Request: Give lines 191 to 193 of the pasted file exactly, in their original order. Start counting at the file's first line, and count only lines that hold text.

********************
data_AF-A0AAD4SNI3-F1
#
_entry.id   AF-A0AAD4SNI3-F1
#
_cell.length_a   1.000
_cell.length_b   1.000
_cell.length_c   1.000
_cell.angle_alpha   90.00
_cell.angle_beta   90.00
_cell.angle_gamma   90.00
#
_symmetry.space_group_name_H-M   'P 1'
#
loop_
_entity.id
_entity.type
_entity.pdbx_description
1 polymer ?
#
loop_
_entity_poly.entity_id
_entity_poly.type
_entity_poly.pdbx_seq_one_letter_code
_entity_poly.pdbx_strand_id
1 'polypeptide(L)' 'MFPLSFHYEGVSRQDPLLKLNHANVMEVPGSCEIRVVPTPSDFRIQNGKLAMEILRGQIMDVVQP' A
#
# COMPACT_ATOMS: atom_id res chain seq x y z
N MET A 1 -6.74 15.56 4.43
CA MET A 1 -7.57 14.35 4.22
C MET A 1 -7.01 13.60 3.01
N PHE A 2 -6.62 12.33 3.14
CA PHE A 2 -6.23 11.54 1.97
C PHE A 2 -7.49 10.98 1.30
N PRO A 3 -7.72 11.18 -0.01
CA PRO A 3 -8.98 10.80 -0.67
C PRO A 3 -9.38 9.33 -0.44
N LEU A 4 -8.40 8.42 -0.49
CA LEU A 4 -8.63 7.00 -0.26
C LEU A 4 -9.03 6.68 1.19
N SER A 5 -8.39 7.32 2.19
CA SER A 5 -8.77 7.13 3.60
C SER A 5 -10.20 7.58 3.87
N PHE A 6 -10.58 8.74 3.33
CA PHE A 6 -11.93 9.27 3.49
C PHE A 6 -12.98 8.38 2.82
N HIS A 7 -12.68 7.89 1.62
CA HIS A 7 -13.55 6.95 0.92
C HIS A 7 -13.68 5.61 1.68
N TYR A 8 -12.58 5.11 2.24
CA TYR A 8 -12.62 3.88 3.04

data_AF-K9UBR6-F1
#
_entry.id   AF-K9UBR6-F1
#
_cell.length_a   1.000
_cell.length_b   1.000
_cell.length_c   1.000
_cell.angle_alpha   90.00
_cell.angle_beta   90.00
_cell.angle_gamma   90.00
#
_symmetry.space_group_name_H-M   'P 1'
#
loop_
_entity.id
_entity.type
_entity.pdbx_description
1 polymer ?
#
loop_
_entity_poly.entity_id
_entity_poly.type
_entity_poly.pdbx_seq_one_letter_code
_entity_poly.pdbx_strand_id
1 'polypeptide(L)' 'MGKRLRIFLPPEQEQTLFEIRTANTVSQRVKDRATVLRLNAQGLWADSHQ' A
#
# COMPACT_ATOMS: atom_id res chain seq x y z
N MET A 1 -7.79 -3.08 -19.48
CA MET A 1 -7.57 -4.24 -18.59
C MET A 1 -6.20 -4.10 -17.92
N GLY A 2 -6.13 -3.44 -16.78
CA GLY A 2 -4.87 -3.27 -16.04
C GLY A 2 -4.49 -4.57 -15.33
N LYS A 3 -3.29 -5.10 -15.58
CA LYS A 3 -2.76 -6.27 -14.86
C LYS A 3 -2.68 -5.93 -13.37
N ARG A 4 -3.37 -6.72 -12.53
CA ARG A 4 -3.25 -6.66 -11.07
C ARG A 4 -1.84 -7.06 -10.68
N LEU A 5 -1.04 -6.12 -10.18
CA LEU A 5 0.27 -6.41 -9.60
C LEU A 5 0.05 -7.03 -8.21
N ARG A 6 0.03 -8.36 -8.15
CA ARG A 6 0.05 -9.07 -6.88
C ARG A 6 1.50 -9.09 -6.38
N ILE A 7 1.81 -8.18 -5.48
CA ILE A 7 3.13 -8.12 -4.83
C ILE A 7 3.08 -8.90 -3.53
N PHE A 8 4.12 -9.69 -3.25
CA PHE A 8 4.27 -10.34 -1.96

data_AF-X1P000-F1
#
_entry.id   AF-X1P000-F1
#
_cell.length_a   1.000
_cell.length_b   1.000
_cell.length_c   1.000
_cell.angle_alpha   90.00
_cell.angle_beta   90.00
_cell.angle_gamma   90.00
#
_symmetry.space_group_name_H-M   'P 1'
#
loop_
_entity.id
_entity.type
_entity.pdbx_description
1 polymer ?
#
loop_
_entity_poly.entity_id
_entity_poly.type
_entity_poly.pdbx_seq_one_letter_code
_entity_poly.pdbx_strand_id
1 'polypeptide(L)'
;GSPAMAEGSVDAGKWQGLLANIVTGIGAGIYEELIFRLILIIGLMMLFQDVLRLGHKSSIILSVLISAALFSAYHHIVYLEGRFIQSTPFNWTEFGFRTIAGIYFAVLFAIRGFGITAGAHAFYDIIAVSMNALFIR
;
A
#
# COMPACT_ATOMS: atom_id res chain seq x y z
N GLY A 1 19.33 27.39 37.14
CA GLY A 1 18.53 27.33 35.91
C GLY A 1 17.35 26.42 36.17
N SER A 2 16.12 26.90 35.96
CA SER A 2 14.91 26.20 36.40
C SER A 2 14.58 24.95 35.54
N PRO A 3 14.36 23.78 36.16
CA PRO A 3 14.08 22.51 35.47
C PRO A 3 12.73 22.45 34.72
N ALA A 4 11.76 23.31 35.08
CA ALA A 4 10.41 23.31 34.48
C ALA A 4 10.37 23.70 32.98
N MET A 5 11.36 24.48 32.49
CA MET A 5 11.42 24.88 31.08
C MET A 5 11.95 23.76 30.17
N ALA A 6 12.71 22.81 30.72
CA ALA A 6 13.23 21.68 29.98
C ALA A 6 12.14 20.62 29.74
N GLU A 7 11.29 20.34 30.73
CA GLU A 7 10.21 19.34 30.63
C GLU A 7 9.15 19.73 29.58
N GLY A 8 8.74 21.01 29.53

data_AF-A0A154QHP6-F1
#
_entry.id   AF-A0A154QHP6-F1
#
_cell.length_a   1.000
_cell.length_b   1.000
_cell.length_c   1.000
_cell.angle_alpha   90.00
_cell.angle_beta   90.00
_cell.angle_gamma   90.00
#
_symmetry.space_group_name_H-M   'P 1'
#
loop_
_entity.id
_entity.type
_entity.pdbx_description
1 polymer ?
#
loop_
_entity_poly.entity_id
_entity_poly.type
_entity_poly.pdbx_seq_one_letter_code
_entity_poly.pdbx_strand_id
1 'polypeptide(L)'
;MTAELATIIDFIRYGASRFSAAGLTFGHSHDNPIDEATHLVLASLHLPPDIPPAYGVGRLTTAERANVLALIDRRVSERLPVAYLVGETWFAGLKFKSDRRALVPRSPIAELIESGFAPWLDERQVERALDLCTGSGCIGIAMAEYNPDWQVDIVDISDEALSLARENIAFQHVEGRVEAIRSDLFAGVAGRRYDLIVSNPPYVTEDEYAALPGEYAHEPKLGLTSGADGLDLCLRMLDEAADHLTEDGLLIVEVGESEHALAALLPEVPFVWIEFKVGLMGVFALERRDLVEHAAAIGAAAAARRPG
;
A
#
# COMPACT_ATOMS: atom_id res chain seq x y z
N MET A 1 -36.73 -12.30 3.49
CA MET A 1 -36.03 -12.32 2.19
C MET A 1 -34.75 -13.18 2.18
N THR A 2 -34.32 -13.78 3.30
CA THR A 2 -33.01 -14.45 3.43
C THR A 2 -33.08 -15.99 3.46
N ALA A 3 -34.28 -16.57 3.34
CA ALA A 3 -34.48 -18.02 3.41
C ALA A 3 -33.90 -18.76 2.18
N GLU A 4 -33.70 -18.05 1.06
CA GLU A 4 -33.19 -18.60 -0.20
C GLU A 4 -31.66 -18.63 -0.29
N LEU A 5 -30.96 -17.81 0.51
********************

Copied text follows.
C ALA A 3 -33.90 -18.76 2.18
N GLU A 4 -33.70 -18.05 1.06
CA GLU A 4 -33.19 -18.60 -0.20